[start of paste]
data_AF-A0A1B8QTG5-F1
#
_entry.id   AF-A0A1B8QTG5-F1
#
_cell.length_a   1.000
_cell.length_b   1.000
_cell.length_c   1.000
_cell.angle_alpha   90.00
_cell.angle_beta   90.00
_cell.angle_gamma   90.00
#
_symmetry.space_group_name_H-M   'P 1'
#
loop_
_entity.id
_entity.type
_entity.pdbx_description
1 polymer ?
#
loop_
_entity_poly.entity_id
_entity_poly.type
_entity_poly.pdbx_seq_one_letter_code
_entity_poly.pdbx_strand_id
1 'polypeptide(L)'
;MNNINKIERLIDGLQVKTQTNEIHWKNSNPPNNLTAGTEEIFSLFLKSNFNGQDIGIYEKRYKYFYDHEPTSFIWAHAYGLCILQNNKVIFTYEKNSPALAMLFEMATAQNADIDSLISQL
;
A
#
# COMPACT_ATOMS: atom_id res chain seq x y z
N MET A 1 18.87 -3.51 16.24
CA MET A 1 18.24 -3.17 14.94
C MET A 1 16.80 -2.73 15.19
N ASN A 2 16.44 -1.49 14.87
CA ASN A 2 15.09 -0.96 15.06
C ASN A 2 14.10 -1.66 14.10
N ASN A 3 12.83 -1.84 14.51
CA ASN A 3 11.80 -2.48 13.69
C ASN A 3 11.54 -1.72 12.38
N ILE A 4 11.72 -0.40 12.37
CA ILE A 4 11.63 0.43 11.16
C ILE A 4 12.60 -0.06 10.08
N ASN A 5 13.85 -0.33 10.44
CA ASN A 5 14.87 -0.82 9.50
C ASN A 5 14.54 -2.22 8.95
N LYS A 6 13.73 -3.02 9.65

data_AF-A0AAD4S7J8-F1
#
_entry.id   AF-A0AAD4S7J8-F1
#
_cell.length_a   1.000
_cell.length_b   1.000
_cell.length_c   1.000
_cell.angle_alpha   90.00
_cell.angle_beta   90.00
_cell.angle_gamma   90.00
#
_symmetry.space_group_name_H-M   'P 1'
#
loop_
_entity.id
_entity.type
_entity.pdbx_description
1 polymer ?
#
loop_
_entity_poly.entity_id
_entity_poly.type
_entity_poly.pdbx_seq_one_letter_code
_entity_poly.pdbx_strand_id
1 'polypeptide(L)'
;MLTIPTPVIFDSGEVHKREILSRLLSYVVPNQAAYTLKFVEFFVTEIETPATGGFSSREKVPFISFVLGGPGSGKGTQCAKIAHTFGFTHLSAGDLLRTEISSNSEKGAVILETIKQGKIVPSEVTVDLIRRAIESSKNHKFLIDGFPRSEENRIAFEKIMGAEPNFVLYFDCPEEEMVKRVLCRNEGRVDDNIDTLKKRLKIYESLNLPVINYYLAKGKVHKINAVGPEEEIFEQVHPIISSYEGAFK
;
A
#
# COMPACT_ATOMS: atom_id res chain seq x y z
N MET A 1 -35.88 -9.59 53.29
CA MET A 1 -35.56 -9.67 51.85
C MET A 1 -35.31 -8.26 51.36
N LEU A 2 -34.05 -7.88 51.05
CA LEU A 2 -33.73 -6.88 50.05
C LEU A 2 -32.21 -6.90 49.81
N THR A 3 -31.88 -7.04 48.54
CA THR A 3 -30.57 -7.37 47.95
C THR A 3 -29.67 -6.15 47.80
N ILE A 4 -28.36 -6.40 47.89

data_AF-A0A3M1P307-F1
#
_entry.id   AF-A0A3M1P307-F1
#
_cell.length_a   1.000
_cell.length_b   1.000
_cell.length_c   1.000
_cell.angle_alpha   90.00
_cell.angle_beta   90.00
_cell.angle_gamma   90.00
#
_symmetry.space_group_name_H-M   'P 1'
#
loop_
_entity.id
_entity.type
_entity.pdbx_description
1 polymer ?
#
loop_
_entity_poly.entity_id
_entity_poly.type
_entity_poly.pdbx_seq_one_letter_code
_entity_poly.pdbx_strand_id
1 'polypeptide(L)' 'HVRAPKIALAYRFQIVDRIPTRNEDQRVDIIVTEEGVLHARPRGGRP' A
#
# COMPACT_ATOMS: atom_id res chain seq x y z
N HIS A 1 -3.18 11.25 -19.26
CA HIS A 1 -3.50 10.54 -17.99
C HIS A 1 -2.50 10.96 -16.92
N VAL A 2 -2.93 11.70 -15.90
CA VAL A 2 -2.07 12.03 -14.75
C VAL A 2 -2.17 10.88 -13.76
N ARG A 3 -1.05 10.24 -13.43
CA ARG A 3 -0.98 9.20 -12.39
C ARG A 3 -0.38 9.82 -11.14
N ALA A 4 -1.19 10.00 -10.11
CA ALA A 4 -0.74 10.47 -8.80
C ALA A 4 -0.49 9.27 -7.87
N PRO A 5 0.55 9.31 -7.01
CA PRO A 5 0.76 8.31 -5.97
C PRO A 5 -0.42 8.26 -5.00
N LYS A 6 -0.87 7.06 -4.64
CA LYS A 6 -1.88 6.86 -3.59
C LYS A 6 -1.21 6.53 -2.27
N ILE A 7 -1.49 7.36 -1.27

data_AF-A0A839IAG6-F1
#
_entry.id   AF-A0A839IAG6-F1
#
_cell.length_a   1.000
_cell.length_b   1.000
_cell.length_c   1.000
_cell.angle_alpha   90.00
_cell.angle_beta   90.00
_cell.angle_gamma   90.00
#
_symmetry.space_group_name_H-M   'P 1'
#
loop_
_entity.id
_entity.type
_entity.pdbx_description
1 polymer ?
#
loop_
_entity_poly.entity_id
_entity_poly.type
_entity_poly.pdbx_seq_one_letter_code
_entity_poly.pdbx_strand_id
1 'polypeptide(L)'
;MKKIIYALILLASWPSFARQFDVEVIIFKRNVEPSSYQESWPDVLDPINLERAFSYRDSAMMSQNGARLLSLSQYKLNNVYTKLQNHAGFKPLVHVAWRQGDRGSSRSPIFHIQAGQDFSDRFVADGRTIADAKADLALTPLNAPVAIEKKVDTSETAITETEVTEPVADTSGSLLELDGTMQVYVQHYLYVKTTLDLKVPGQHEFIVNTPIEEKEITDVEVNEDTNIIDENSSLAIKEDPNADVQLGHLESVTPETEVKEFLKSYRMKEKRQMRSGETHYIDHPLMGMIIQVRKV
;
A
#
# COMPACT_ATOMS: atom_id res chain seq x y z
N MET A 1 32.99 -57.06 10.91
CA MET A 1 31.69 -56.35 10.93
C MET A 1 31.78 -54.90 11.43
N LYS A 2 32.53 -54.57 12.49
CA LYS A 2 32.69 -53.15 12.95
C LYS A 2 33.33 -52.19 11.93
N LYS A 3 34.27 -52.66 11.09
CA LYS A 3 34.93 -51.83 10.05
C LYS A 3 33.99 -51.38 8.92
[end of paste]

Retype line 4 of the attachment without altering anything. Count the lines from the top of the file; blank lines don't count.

#